Making Greeting Cards with Photos and Some Pictures of Our Flowers

make-greeting-cards-with-your own photograph

Update : Since making these cards using our home printer, the printer stopped working and we chose not to replace it, however, I’m still making greeting cards with my own photographs, by getting them printed up at a regular photo printing shop.  They turn out nicely.  See examples linked in the “You May Also Like” section at the bottom of this post.  Thanks for reading!


I have shown this greeting card making technique before when making Christmas cards with a picture or my cat Eddie on them, here and here, however I’ve not posted about making other types of cards this way too.

You can use any of your digital photographs to make nice cards. Imagine ‘Save the Date’ cards with an engagement photo, or a ‘Thank You’ card with a picture of you using/wearing the gift. How about a birthday card with a picture of the birthday person celebrating a childhood birthday? Or next time you’re at a birthday party take some shots of the decorations or cake and use those pictures to make future birthday cards.


diy-greeting-card-with-your own photograph

Here is how you can make your own greeting cards with photographs you have taken :

Editing your photo : I use Photoshop to crop and brighten my pictures so the images print up crisply. But if you don’t have Photoshop, is an excellent free program to use. Select the “Edit a Photo” option.

You will also want to add a black border around the picture so it looks more finished, and makes it way easier to cut the photo out. Use the “Frames” function within the “Edit a Photo” function on Picmonkey.

Resizing your photo : You will need to resize your photo to fit your greeting card base, so that it at least 3/4 to an inch more narrow, in order to have a border of about 1/2 inch on each side. Picmonkey gives you the photo size in pixels, but here are a few conversions from pixels to approximate inches.
640 px x 427 px = 9 inches across by 6 inches down (too big for a greeting card)
360 px x 240 px = 5 inches across by 3 1/3 inches down (this is the size I made mine, to fit a 5 3/4 inch card base)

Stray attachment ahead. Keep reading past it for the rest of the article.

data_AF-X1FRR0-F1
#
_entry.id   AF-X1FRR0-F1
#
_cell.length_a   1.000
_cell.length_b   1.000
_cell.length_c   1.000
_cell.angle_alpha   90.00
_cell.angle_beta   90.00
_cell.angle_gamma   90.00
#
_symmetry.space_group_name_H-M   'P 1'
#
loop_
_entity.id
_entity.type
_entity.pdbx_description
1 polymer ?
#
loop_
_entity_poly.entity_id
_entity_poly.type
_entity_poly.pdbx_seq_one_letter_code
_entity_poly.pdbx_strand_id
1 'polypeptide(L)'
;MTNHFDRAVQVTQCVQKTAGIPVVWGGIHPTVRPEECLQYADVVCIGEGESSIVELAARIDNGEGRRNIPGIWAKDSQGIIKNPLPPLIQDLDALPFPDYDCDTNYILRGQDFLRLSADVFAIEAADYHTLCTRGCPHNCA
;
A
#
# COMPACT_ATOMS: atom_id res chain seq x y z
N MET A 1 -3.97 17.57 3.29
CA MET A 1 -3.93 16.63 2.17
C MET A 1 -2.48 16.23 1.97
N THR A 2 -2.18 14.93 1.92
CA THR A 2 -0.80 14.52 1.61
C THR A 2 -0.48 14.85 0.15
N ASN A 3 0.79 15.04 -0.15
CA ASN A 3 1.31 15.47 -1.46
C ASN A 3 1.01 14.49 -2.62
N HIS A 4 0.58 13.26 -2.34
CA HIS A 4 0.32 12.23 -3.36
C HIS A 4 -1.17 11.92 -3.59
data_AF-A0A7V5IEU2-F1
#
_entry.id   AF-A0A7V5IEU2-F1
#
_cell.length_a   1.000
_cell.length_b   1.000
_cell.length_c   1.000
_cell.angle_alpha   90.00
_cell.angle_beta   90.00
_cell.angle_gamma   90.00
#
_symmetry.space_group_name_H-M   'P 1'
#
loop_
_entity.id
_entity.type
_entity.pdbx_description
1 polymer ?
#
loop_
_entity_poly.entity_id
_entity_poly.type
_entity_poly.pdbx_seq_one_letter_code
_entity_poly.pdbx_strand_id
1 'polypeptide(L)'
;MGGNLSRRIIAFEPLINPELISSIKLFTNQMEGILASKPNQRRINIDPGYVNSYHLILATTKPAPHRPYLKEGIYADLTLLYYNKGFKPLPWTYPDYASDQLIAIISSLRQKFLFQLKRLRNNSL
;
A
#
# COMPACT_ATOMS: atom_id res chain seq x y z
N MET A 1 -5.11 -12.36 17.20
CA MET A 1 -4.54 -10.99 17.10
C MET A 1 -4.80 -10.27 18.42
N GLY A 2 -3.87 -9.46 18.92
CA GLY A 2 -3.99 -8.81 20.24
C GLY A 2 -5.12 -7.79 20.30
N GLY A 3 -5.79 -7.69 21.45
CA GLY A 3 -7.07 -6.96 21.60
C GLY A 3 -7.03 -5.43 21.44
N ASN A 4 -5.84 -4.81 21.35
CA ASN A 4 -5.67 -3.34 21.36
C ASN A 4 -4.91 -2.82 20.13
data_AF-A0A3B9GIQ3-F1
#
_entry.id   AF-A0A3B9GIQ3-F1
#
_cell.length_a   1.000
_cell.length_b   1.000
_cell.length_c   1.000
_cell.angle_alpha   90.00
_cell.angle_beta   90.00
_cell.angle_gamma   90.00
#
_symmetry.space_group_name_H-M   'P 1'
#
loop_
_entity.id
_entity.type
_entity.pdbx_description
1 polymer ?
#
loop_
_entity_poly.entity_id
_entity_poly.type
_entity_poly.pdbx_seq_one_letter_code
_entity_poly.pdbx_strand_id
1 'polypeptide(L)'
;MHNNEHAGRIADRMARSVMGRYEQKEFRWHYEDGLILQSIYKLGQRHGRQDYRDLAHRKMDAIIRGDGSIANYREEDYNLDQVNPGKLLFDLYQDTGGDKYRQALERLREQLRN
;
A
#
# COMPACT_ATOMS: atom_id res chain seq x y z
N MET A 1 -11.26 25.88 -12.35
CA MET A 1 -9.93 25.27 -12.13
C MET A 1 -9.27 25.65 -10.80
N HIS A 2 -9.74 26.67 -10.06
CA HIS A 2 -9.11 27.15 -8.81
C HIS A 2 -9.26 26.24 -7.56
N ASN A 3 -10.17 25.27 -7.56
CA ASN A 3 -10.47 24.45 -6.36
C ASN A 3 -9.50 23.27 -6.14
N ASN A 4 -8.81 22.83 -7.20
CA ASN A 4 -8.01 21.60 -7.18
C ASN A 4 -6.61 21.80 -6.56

324 px x 216 px = 4 1/2 inches across by 3 inches down (would work for a standard note card sized at 5 1/4 inches across)

Printing your image : I just use regular white paper and our regular inexpensive inkjet printer and am happy with the results. However if you want you can have your pictures printed up professionally. Try putting two images to a page to save paper or printing costs. If you’re going to make a lot of cards, consider printing up one good copy that you’re happy with and then duplicate this using a colour photocopier.

Choosing your card base : I like to use pre-folded card stock that comes with a matching envelope, which I buy at the dollar store Dollarama ($1 for 5), but these are sold in any craft supply store. Or you can make your own by cutting heavy paper or card stock to size and then scoring using the point of a pair or scissors and a ruler. I make two score lines very close together (about 1/16th of an inch apart) as I find this makes a nicer fold.

Creating your card : Note that the photo corners are just for show. The photo is first adhered to the card and then the photo corners are slipped on. I use thin two-sided tape to stick my images down, but glue stick or spray adhesive would work too. Just be sure to leave the corners free of glue so that you can then add the photo corners.

Finishing the inside : For the cards I made today, I added a message that I printed up on paper, which I cut out and mounted on a colour coordinated piece of construction paper that I trimmed with some fancy edged scissors. (Note that Picmonkey has a function where you can add writing to an image in a choice of fonts, however I haven’t figured out how to use the writing part on a plain background).

Or you can finish the inside of your card nicely by adding a folded piece of nice paper, onto which you have hand written your message. I always write my message first and then glue it into the card after, in case I make a mistake. You can see what I mean about this inside paper part by looking here.

textured-photo-corner-for-card making

making-message-for-diy-greeting card

adding-a-message-inside-diy card handmade mothers day card

handmade-greeting-card-using photograph


Moving on to the photos I have recently taken of the spring flowers that have blossomed in our garden. Last fall we planted some new-to-us varieties of tulips (including the big puffy red ones, the yellow ones, and the two purple-y and white ones.) The other tulips that bloomed were complete surprises, in that they were bulbs we planted years ago that haven’t blossomed for several seasons but this year they came up in their full glory.

Most of the pretty spring garden is now in ruins following a day filled with heavy hail falling, and frost overnight.

Not to imply that these are the world’s best flower shots, but if you would like, please feel free to use any of my images to make greeting cards yourself.

They are sized at 640 px wide so would be too large if you printed them up as is and would have to be resized first. I have already made a wide border around them so they’re ready to print once you resize them.

I only ask that if you use them that you don’t sell the cards you make, and consider adding a note to the back of the card that says that the photo was taken by Loulou at (you don’t have to do that, but it would be appreciated).














I hope you try this out either with your own photos or one of mine!

Thank you very much for taking a look,